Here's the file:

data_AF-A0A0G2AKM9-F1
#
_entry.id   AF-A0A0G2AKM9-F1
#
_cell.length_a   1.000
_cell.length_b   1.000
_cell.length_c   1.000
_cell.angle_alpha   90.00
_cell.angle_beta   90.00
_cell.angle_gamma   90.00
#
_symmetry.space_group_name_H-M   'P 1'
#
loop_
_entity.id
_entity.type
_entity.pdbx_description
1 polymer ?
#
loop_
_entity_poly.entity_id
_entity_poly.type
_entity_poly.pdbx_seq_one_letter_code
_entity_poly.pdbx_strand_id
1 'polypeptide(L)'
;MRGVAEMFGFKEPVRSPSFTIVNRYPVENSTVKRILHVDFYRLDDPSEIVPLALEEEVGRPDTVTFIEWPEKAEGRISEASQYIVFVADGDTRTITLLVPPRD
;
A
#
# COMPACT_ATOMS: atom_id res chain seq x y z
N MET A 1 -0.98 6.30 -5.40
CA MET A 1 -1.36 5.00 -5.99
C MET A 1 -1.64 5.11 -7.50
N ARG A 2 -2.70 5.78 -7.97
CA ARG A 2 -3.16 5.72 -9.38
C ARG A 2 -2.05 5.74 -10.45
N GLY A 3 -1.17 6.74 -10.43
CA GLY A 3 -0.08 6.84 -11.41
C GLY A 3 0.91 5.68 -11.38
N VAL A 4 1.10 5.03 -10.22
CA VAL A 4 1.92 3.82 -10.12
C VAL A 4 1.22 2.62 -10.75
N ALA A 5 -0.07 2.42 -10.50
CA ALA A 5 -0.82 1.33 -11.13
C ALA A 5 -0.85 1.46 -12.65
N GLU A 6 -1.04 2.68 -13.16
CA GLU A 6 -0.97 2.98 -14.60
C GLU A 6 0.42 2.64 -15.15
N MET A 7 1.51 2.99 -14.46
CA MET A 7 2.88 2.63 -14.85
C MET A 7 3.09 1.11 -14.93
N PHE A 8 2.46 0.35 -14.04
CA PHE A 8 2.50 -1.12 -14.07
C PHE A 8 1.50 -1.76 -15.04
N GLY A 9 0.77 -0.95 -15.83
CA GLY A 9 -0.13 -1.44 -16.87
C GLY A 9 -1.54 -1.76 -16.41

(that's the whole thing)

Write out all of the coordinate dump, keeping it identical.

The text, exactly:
data_AF-A0A0G2AKM9-F1
#
_entry.id   AF-A0A0G2AKM9-F1
#
_cell.length_a   1.000
_cell.length_b   1.000
_cell.length_c   1.000
_cell.angle_alpha   90.00
_cell.angle_beta   90.00
_cell.angle_gamma   90.00
#
_symmetry.space_group_name_H-M   'P 1'
#
loop_
_entity.id
_entity.type
_entity.pdbx_description
1 polymer ?
#
loop_
_entity_poly.entity_id
_entity_poly.type
_entity_poly.pdbx_seq_one_letter_code
_entity_poly.pdbx_strand_id
1 'polypeptide(L)'
;MRGVAEMFGFKEPVRSPSFTIVNRYPVENSTVKRILHVDFYRLDDPSEIVPLALEEEVGRPDTVTFIEWPEKAEGRISEASQYIVFVADGDTRTITLLVPPRD
;
A
#
# COMPACT_ATOMS: atom_id res chain seq x y z
N MET A 1 -0.98 6.30 -5.40
CA MET A 1 -1.36 5.00 -5.99
C MET A 1 -1.64 5.11 -7.50
N ARG A 2 -2.70 5.78 -7.97
CA ARG A 2 -3.16 5.72 -9.38
C ARG A 2 -2.05 5.74 -10.45
N GLY A 3 -1.17 6.74 -10.43
CA GLY A 3 -0.08 6.84 -11.41
C GLY A 3 0.91 5.68 -11.38
N VAL A 4 1.10 5.03 -10.22
CA VAL A 4 1.92 3.82 -10.12
C VAL A 4 1.22 2.62 -10.75
N ALA A 5 -0.07 2.42 -10.50
CA ALA A 5 -0.82 1.33 -11.13
C ALA A 5 -0.85 1.46 -12.65
N GLU A 6 -1.04 2.68 -13.16
CA GLU A 6 -0.97 2.98 -14.60
C GLU A 6 0.42 2.64 -15.15
N MET A 7 1.51 2.99 -14.46
CA MET A 7 2.88 2.63 -14.85
C MET A 7 3.09 1.11 -14.93
N PHE A 8 2.46 0.35 -14.04
CA PHE A 8 2.50 -1.12 -14.07
C PHE A 8 1.50 -1.76 -15.04
N GLY A 9 0.77 -0.95 -15.83
CA GLY A 9 -0.13 -1.44 -16.87
C GLY A 9 -1.54 -1.76 -16.41